Petroleum dry cleaning equipment has evolved less over time. Petroleum dry-cleaning machines are also divided into transfer and dry-to-dry machines. Vapor-recovery equipment ranges from standard dryers that do not recover any vapor to recovery units that use condensers. Both conventional (water-cooled) and refrigerated condensers are used.

Process Flow

Garment and fabric cleaning consists of several basic steps. Garments are first received from the customer, then inspected, pre-treated for stains, and sorted by color and fabric. Garments are then machine-washed in a solution of cleaning solvents. After washing, the cleaning solution is drained, and the garments are spun to extract remaining solvent. Garment drying is done with a combination of aeration, heating, and tumbling. Once dried, garments are removed from the drying equipment and inspected. If stains remain, the clothing is washed again. When cleaning and drying are completed, garments are finished by being pressed, either on tables or pressing forms, and are prepared and stored until pickup.

Specific dry-cleaning processes depend on the chemicals used, but in general, process steps are the same and are represented in the process map (Figure A) illustrated below. Figure A represents the most basic level of the process map. Click on each section of Figure A for detailed process maps of the perc ?dry-to-dry? machine cleaning process. Detailed maps are condensed from those compiled by Los Alamos National Laboratory and available in full at the Green Zia Website in their Environmental Excellence Program guide to the Dry Cleaning Industry.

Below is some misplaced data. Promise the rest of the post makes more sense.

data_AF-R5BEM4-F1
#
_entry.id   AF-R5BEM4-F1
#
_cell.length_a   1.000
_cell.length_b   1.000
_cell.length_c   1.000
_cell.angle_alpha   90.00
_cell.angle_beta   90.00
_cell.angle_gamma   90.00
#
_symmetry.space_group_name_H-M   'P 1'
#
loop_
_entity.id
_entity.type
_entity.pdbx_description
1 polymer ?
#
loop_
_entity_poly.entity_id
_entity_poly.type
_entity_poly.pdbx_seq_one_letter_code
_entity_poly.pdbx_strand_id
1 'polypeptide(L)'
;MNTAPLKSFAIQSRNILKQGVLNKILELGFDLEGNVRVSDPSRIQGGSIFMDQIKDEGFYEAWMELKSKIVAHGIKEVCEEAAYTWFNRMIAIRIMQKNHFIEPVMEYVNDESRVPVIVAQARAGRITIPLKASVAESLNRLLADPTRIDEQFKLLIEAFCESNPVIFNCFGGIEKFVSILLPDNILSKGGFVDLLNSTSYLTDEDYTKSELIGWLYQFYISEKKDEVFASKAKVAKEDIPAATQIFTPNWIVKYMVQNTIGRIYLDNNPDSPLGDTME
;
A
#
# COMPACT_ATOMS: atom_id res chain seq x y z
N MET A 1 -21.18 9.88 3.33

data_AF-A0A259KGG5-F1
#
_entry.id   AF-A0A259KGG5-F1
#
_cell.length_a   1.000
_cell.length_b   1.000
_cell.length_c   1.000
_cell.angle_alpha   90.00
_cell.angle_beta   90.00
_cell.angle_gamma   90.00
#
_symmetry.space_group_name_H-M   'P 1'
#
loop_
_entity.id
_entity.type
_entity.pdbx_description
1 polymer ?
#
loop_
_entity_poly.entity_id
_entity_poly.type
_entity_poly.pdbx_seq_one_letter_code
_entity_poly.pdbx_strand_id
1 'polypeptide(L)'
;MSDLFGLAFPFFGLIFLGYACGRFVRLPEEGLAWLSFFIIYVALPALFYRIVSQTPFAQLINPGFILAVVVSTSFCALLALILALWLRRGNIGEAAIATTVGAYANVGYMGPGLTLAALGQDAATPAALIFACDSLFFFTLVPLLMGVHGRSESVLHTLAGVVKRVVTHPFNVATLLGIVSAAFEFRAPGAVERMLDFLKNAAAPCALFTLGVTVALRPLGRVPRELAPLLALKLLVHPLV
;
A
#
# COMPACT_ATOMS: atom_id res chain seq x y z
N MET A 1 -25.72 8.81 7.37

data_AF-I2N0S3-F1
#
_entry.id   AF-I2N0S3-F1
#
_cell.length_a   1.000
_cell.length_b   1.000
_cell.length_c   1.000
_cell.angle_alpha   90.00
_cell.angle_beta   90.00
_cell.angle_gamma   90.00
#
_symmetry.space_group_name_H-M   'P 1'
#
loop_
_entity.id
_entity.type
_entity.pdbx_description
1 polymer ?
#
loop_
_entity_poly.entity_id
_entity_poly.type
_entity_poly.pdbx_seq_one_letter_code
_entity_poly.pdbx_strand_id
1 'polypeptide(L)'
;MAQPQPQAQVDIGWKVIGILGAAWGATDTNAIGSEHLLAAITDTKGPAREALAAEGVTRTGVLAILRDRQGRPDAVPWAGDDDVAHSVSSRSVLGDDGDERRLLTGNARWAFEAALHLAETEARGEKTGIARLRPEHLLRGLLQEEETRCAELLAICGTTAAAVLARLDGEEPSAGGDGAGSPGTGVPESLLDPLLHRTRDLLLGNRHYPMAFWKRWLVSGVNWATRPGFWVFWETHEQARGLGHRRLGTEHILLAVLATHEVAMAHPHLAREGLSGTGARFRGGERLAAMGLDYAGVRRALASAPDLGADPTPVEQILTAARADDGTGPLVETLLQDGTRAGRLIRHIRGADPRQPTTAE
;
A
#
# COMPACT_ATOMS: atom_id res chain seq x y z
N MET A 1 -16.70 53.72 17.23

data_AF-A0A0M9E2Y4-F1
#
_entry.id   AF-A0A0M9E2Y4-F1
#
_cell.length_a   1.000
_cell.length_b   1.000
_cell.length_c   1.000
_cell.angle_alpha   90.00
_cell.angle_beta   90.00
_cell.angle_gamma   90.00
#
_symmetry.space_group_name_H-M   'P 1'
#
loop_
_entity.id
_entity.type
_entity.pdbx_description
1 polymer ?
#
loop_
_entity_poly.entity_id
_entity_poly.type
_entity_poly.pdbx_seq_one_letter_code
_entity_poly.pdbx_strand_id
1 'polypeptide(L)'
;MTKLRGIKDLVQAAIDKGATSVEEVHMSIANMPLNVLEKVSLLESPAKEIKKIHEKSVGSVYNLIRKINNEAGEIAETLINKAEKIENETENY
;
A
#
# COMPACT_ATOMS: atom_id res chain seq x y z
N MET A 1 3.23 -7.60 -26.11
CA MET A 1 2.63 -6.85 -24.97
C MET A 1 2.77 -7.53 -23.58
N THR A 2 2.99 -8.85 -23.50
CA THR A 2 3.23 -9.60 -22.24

Figure A

Figure A For Dry Cleaning

Figure B

Figure B For Dry Cleaning Operations

B.1 Clothing Received at Counter

Clothing is received at the counter, where tags are added to individual pieces of clothing. This step generates wastes such as torn tags, pins, staples and various other wastes from the customer?s clothing. Also, clothing not properly identified may wind up as lost or unclaimed clothing.

B.2 Clothing Moved to Cleaning Area

Clothes are moved to the cleaning area and are inspected for stains.

B.3 Clothing Sorted by Color and Type

Once the clothing is in the cleaning area, employees sort it by color and type. The employee also decides which washing method should be used for each garment. Delicate garments are sometimes segregated and hand washed.

B.4 Clothing Weighed for Loading in Machine

Employees weigh the clothing before loading it into the machine and set the machine based on weight of load. Properly weighted loads may increase solvent cleaning efficiency.

Figure C

Figure C Image for Dry Cleaning Operations

C.1 Dry-to-Dry Machine with Built-In Refrigerated Condensers

In this process, the washer and dryer are integrated into one unit. The clothes are washed with a mixture of perc and detergent. The cleaning process generates a waste which is comprised of a mixture of solvent, water, and detergent. Used solvent is recycled through a closed-loop distillation unit where it is reclaimed and recycled back into the cleaning process. During cleaning, some solvent vapors are lost to the atmosphere as employees open the machine door. Wastes generated include damaged clothing, vapor loss, lost buttons, and lint. Water is separated and sent through an evaporator.